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DHS to Double H-2B Visas in FY2023

A worker in a protective suit inspects a rack of fish.

​The Department of Homeland Security (DHS) is doubling the number of temporary work visas used in the seasonal hospitality and landscaping industries to help employers deal with ongoing labor shortages over the next year.

DHS will provide an additional 64,716 H-2B temporary worker visas for the 2023 fiscal year beginning Oct. 1, on top of the 66,000 H-2B visas already available each fiscal year, split evenly between the fall/winter and spring/summer seasons.

The H-2B visa increase includes an allocation of 20,000 visas to workers from El Salvador, Guatemala, Haiti and Honduras to expand legal pathways as an alternative to illegal migration.

The remaining 44,716 extra visas will be available to returning workers who received an H-2B visa, or were otherwise granted H-2B status, during one of the last three fiscal years.

"At a time of record job growth, this full-year allocation at the very outset of the fiscal year will ensure that businesses can plan for their peak-season labor needs," said Secretary of Homeland Security Alejandro Mayorkas.

"This is huge," said Gray Delany, executive director of the Seasonal Employment Alliance in Washington, D.C. "This visa release is critical to filling the workforce gap faced by seasonal employers, and bravo to DHS for understanding the harm caused by the delays in previous releases. Employers should get their workers on time from this release."

Tim Hygh, executive director of the Mackinac Island Tourism Bureau in Michigan, said the additional visas "give our members a better chance of getting employees and allows the amount of time it takes to get these employees processed and to the island in time to start the season next April."

U.S. Travel Association President and CEO Geoff Freeman applauded the decision as well. "This announcement—the largest-ever supplemental visa release—is a lifeline for an industry whose workforce shortage tops a million open positions," he said. "This will provide the travel industry with thousands of workers ahead of the peak travel season, allowing businesses to adequately prepare for a surge in demand."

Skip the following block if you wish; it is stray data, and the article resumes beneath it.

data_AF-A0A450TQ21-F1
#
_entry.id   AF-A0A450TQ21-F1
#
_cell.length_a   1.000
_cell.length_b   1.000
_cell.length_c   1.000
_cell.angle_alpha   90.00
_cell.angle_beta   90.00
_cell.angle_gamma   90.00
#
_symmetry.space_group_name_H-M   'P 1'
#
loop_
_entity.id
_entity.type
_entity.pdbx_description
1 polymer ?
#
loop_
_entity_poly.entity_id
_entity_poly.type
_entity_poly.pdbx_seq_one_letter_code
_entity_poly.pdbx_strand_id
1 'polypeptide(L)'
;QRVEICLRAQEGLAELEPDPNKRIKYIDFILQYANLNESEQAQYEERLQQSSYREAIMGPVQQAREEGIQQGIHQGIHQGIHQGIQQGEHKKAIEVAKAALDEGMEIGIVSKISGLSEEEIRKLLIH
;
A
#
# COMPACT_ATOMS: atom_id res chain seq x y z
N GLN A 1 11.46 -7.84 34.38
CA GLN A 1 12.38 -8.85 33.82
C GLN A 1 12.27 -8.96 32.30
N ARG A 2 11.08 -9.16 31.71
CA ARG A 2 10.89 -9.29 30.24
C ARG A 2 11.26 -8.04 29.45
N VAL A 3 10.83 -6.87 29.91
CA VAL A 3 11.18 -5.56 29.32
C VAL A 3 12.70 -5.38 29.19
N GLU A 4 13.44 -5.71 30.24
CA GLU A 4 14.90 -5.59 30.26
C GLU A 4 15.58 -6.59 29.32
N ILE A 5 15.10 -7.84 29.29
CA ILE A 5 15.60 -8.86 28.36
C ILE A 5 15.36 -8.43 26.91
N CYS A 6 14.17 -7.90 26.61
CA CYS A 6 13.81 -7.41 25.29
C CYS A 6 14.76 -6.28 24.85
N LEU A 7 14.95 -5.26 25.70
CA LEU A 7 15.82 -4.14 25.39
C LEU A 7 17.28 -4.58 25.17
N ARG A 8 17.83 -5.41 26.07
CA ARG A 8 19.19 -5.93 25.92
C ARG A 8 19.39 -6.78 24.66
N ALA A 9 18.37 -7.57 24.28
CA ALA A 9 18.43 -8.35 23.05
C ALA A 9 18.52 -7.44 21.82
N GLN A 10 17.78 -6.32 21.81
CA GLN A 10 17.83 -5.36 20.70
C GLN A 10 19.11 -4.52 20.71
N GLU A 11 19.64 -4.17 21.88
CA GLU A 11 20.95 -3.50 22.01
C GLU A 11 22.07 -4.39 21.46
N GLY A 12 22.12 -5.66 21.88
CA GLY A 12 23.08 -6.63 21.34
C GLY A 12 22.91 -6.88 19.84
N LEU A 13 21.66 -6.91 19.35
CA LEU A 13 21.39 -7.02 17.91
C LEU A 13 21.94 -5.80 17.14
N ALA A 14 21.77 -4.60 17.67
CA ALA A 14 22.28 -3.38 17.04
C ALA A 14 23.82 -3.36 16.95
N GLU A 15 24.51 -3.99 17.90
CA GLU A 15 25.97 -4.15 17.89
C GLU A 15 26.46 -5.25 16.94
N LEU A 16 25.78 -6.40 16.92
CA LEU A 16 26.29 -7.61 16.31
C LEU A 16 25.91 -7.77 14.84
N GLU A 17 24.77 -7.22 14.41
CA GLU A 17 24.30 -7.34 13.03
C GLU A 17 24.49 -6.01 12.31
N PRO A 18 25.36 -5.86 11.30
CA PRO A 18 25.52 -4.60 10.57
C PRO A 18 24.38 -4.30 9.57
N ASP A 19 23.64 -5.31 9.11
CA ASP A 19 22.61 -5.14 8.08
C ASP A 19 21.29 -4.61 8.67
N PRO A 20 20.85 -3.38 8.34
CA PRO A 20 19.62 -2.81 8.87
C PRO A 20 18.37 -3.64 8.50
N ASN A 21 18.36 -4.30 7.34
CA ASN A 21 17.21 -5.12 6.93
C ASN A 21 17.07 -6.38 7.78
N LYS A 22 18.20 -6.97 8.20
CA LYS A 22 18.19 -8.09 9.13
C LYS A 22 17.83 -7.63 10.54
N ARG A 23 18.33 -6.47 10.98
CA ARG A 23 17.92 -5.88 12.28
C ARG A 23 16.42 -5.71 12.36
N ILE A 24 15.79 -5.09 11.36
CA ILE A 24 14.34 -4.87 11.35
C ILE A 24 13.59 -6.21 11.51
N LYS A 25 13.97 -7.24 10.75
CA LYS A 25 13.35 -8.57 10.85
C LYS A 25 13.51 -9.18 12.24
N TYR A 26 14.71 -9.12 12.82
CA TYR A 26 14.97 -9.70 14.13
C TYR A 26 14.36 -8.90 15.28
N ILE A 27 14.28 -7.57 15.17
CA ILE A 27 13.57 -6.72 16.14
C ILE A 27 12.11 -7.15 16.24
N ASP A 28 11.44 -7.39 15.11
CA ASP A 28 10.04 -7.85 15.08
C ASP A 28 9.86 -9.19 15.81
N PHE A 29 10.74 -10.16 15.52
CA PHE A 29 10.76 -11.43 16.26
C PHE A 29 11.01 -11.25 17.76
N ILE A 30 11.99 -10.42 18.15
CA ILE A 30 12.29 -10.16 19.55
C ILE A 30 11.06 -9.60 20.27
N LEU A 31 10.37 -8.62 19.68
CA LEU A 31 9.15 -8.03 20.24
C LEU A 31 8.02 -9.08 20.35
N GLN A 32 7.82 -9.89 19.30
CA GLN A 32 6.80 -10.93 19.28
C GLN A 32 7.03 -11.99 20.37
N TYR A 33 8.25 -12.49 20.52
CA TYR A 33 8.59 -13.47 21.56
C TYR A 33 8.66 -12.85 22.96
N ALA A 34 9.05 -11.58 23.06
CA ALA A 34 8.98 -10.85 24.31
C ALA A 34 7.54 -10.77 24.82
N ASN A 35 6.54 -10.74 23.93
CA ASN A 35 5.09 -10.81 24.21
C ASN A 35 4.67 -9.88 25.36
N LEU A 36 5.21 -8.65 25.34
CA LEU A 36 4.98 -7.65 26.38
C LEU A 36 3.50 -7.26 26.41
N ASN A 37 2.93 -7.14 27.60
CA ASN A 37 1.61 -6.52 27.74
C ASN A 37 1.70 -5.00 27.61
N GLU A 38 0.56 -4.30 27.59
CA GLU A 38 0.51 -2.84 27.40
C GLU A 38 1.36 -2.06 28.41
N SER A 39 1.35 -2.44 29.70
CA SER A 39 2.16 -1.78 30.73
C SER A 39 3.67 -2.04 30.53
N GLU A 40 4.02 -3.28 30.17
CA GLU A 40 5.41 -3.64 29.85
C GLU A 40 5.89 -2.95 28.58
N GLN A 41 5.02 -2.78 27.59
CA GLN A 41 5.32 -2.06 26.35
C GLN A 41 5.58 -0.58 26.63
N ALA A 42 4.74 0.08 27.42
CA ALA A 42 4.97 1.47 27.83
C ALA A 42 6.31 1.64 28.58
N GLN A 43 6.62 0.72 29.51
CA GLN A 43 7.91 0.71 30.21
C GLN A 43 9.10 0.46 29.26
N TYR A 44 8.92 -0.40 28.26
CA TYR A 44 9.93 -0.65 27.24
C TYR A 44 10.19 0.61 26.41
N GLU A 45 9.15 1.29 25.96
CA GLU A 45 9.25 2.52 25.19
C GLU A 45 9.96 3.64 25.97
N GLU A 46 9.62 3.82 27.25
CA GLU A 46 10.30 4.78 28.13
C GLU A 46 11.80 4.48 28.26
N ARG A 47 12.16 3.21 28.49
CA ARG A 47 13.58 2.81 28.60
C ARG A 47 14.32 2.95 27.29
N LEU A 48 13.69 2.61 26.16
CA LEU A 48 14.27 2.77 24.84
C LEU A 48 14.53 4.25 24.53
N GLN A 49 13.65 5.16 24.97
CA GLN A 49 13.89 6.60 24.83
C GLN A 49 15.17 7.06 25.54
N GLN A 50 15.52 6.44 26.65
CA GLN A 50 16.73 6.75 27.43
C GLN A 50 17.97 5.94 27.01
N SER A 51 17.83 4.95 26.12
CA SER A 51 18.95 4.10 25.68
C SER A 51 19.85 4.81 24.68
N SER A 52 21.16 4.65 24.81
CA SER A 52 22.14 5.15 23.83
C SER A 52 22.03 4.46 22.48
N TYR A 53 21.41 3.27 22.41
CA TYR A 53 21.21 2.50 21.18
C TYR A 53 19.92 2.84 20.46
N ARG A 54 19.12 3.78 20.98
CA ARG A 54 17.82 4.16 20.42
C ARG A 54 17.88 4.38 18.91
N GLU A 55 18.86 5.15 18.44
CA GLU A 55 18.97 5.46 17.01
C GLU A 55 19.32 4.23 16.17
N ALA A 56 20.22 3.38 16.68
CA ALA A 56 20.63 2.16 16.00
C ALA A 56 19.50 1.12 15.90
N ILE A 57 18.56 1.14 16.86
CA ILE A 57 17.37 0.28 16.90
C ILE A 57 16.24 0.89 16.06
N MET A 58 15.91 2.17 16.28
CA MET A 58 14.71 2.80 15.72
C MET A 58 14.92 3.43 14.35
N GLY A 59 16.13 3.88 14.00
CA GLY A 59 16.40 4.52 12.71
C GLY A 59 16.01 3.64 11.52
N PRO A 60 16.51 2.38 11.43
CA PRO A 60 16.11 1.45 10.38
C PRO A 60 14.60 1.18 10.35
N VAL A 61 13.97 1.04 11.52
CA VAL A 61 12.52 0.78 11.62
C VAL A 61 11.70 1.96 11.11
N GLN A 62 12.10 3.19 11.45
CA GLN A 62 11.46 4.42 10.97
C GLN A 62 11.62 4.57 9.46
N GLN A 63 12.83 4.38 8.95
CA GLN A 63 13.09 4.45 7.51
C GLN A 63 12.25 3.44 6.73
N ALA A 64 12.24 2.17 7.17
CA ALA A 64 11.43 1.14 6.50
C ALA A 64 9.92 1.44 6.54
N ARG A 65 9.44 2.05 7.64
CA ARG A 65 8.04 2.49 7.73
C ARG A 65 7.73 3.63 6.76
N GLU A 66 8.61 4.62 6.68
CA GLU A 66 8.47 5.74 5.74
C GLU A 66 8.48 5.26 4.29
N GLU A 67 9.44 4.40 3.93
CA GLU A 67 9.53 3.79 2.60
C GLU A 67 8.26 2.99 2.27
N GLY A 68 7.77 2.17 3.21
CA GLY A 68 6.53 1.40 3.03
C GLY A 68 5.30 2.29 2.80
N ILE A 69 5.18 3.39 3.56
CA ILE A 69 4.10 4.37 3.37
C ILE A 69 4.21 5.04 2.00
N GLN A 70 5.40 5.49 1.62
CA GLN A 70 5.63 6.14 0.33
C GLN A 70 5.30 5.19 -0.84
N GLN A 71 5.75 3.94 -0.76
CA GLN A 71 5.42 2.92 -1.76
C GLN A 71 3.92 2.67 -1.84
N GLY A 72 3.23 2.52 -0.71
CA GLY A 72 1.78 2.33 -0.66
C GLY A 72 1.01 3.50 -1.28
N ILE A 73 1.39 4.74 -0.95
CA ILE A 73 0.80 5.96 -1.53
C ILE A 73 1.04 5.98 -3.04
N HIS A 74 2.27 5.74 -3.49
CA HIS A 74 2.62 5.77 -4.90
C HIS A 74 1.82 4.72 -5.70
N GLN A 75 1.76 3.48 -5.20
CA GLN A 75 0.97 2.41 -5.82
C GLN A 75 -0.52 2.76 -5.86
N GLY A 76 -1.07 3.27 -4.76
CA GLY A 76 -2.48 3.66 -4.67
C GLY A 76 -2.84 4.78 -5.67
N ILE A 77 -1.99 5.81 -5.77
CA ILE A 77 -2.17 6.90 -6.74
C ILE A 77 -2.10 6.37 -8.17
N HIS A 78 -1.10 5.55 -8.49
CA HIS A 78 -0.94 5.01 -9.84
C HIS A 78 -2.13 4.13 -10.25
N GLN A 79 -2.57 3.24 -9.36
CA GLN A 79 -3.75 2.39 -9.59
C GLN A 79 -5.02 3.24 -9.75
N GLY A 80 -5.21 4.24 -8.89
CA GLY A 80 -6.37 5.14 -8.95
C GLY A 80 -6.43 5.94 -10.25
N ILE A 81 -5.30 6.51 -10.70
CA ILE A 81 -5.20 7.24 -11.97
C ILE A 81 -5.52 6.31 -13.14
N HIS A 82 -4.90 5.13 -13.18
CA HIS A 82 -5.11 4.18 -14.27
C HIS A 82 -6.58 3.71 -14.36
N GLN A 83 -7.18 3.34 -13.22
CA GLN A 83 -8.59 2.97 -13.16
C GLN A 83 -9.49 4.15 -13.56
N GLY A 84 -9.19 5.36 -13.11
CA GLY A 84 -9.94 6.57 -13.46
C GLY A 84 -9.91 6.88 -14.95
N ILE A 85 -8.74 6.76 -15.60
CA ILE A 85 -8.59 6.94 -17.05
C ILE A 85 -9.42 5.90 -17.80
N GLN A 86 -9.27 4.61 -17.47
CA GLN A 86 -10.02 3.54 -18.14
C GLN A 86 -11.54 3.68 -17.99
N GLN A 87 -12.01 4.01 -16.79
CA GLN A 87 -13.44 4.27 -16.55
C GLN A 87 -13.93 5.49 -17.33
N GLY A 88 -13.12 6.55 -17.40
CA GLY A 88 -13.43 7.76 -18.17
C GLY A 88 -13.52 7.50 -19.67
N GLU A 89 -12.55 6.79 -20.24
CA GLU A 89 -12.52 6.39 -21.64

Mayorkas also announced the creation of the H-2B Worker Protection Taskforce, which will focus on protections for U.S. and foreign workers, including ensuring that employers first seek out and recruit U.S. workers for the jobs to be filled, and that foreign workers are not exploited or abused by employers.

Current regulations require employers seeking H-2B workers to test the U.S. labor market and certify that there are not enough U.S. workers who are able, willing, qualified and available for the offered positions, and that employing H-2B workers will not adversely affect the wages and working conditions of similarly employed U.S. workers.

In the coming weeks, DHS is expected to publish a temporary final rule setting forth eligibility and filing requirements for the supplemental H-2B visas and detailing any additional worker protections.

Freeman said the U.S. Travel Association supports permanently increasing the H-2B visa cap. "We will continue to call on Congress to enact a permanent expansion of the H-2B program," he said.


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